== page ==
Drug Addiction

What is drug addiction?

Drug addiction is a complex condition that impacts millions of lives in America. The American Society of Addiction Medicine defines addiction as “a treatable, chronic medical disease involving complex interactions among brain circuits, genetics, the environment, and an individual’s life experiences.” When using drugs, you may experience a lack of control over when and how much you use, overwhelming urges to use, and physical or mental cravings which make it difficult to stop.

Singer Island Health offers solutions if you are struggling with a substance use disorder. Our evidence-based programs meet the highest standards for care and treatment. Whether you have tried to stop using drugs on your own, had a period of recovery, and began using again, or it’s your first time seeking help, we are here and ready to help you reclaim your life.

Drug Use Statistics

The 2019 National Survey on Drug Use and Health reported that 57.2 million people in the United States, or 20.8% of the population aged 12 and older, had used illicit and/or prescription drugs. Almost half of the people, 20.4 million, met the clinical criteria for an alcohol use disorder and 2.4 million people met the criteria for both.

Many people who have a substance use disorder (SUD) also struggle with mental illness. Of the 51.5 million Americans living with mental illness, 9.5 million also struggle with an alcohol and/or substance use disorder.

The numbers for people receiving treatment are shockingly low. If you are seeking help, we are ready to help you. A call to one of our admissions representatives will connect you with someone who cares and can help you find the treatment you need.

Why do people take drugs?

Drug use starts for many reasons, and it’s impossible to pinpoint one because each person has their own life experiences, which can lead to using drugs. Some common causes include:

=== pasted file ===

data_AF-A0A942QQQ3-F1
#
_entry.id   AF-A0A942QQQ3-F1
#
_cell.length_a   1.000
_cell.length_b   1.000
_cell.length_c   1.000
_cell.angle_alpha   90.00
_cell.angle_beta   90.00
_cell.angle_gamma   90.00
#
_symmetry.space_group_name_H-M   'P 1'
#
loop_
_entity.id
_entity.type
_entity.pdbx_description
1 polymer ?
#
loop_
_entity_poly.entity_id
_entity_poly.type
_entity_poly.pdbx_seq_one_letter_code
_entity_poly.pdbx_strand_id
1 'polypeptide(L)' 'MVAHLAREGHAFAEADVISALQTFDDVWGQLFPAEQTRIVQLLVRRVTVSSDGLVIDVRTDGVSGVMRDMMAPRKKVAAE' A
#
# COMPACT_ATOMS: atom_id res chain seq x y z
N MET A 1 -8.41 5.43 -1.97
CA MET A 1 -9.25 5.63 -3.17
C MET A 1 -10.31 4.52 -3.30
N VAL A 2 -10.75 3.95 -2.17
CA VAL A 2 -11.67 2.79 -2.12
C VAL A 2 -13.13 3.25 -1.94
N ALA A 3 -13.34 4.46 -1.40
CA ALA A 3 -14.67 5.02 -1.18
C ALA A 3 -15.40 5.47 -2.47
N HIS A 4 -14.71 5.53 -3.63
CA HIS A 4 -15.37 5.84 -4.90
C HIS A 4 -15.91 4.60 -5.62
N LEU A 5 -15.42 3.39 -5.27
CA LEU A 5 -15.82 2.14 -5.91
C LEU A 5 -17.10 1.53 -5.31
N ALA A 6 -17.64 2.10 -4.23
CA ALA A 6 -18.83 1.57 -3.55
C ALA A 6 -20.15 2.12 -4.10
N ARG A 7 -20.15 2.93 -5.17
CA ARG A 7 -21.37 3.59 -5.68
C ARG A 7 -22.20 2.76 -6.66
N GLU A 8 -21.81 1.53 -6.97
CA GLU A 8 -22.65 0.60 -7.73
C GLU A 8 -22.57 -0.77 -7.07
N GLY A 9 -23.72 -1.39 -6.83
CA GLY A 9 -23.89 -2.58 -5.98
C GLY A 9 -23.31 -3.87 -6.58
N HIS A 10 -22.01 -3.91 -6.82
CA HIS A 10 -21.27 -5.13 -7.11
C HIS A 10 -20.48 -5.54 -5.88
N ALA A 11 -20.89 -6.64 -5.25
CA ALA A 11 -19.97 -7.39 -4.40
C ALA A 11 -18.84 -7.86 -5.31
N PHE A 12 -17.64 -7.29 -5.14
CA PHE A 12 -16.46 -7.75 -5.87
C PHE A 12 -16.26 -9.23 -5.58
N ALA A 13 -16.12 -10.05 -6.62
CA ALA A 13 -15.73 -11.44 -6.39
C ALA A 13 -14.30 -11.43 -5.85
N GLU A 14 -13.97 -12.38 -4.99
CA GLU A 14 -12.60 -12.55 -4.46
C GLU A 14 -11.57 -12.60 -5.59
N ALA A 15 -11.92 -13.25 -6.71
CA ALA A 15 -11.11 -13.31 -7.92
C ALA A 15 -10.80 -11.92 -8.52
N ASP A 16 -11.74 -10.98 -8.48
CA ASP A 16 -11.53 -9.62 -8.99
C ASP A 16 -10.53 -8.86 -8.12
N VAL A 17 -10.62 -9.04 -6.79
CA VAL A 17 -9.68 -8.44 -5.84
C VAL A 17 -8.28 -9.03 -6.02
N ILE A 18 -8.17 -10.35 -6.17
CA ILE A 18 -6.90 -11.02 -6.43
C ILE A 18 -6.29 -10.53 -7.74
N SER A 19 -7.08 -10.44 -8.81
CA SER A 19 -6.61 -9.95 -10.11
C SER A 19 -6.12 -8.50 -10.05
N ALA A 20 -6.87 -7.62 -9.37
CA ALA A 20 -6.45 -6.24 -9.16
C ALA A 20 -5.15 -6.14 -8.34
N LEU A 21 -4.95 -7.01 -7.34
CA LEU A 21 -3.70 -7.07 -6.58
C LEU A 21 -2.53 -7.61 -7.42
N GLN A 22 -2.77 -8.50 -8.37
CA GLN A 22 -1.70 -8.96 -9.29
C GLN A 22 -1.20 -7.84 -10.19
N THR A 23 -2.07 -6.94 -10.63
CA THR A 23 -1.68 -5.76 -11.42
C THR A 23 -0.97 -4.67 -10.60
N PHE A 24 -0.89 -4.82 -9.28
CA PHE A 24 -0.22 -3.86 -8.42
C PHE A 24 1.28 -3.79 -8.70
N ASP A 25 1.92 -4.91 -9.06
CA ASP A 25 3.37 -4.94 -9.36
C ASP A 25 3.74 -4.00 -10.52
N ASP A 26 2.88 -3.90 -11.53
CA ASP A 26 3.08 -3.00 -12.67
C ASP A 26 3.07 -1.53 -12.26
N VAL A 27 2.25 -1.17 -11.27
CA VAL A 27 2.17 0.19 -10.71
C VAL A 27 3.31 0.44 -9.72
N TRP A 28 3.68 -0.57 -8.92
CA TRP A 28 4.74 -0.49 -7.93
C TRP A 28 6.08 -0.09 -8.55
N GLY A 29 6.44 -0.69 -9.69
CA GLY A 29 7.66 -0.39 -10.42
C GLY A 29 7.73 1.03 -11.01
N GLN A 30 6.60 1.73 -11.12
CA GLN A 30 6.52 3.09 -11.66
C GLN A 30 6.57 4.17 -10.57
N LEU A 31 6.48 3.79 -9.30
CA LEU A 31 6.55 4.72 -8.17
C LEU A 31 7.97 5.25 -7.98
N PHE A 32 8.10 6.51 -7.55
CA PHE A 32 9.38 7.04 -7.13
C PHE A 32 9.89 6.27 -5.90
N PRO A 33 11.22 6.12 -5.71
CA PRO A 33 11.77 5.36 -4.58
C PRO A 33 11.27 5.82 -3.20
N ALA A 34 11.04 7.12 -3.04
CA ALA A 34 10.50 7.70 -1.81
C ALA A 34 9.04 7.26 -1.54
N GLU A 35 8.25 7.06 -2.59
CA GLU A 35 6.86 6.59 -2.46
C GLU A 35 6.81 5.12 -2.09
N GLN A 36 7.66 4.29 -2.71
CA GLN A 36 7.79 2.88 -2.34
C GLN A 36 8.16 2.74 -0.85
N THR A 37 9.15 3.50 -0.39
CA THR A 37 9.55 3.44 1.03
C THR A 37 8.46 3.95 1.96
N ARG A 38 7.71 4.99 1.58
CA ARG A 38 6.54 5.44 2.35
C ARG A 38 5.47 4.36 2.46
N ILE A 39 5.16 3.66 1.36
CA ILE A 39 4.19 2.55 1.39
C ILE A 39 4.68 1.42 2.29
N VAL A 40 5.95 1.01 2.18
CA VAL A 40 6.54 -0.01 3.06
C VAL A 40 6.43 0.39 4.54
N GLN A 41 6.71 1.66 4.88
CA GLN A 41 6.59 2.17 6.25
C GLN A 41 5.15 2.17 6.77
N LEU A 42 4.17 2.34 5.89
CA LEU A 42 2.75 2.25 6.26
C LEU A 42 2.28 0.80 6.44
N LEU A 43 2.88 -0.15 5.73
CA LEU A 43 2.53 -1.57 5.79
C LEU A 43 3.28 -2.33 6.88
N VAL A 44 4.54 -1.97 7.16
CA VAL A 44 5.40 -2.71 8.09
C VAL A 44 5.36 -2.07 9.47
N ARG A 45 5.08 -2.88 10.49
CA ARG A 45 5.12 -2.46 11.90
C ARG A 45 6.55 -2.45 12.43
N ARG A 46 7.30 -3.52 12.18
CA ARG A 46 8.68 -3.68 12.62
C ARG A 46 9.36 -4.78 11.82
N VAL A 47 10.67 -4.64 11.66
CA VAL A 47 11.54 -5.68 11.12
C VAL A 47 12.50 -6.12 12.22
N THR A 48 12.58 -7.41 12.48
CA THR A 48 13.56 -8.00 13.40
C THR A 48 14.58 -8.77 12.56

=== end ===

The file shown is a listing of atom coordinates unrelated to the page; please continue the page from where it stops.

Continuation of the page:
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  • The euphoric feelings associated with a particular drug
  • Improving your mood or relieving stress
  • Improving performance by using a stimulant
  • Peer pressure and experimentation
  • Self-medicating which is using a drug to improve symptoms of a mental health disorder

Risk factors for addiction?

Currently, there is no test you can take that will tell you before using drugs that you may or may not become addicted. There are, however, common risk factors that fall into several categories, including genetics or biology accounting for forty to sixty percent of risk, environment, and the emerging field of epigenetics.


DNA is the genetic code that is passed from parent to child. If your parents struggled with alcohol or substance use, there’s a forty to sixty percent risk of your developing one.


The environment is the people, places, and things in your life that you grew up with or are currently around. While growing up, an environment where drug use is common is a risk factor for developing a substance use disorder. Other impactful factors include parental supervision and involvement, childhood trauma, family mental illness, and availability of drugs.


Epigenetics can be defined as the relationship of the environment on genes, which can trigger changes in genetic proteins. It helps to think of this as turning on a switch. This means that external influences, such as choices and environments, can make changes in your genes. These factors act as the switch, which may increase your likelihood of developing a substance use disorder.

Recognizing signs of drug use or intoxication

Family and friends may be the first to notice changes in behaviors and physical appearance, which are signs of drug use. These can include:

  • Personality changes, including mood swings
  • Bloodshot eyes
  • Pinpoint pupils
  • Changes in routine
  • A decrease in self-care, such as showering or eating habits
  • Financial problems
  • Interpersonal problems, such as issues with family or friends
  • Being fired or quitting a job
  • Track marks (signs of injections)
  • Legal troubles
  • Spending time with a circle of friends who are also using drugs

What drugs are addictive?


Cocaine is made from the leaves of the South American coca plant. It is a stimulant that causes increased energy and is a Schedule II drug, which means it has a high potential for abuse. It comes as a white powder that can be snorted, smoked, or injected. Health risks from cocaine include:

  • Nasal damage
  • Chronic nosebleeds
  • Strokes
  • Brain hemorrhage
  • Heart Attack